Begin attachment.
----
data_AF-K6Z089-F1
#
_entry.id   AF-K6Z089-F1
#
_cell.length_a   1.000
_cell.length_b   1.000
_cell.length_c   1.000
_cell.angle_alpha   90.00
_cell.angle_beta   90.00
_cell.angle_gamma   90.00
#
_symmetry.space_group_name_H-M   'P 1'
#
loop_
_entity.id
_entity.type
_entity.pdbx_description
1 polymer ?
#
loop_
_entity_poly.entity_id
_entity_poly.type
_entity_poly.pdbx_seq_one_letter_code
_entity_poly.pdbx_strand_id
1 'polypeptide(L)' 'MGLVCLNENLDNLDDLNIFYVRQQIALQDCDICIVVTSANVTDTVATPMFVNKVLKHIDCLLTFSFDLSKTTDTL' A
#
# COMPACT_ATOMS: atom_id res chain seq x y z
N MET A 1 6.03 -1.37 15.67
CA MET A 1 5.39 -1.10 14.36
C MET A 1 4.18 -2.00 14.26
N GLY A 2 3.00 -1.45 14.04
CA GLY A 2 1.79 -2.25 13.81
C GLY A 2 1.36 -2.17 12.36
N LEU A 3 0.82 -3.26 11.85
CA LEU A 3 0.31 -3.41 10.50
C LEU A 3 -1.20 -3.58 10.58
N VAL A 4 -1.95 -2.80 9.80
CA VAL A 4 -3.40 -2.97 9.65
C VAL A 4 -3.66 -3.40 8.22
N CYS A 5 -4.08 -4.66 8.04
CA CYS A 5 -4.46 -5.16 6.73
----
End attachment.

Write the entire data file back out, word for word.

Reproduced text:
data_AF-K6Z089-F1
#
_entry.id   AF-K6Z089-F1
#
_cell.length_a   1.000
_cell.length_b   1.000
_cell.length_c   1.000
_cell.angle_alpha   90.00
_cell.angle_beta   90.00
_cell.angle_gamma   90.00
#
_symmetry.space_group_name_H-M   'P 1'
#
loop_
_entity.id
_entity.type
_entity.pdbx_description
1 polymer ?
#
loop_
_entity_poly.entity_id
_entity_poly.type
_entity_poly.pdbx_seq_one_letter_code
_entity_poly.pdbx_strand_id
1 'polypeptide(L)' 'MGLVCLNENLDNLDDLNIFYVRQQIALQDCDICIVVTSANVTDTVATPMFVNKVLKHIDCLLTFSFDLSKTTDTL' A
#
# COMPACT_ATOMS: atom_id res chain seq x y z
N MET A 1 6.03 -1.37 15.67
CA MET A 1 5.39 -1.10 14.36
C MET A 1 4.18 -2.00 14.26
N GLY A 2 3.00 -1.45 14.04
CA GLY A 2 1.79 -2.25 13.81
C GLY A 2 1.36 -2.17 12.36
N LEU A 3 0.82 -3.26 11.85
CA LEU A 3 0.31 -3.41 10.50
C LEU A 3 -1.20 -3.58 10.58
N VAL A 4 -1.95 -2.80 9.80
CA VAL A 4 -3.40 -2.97 9.65
C VAL A 4 -3.66 -3.40 8.22
N CYS A 5 -4.08 -4.66 8.04
CA CYS A 5 -4.46 -5.16 6.73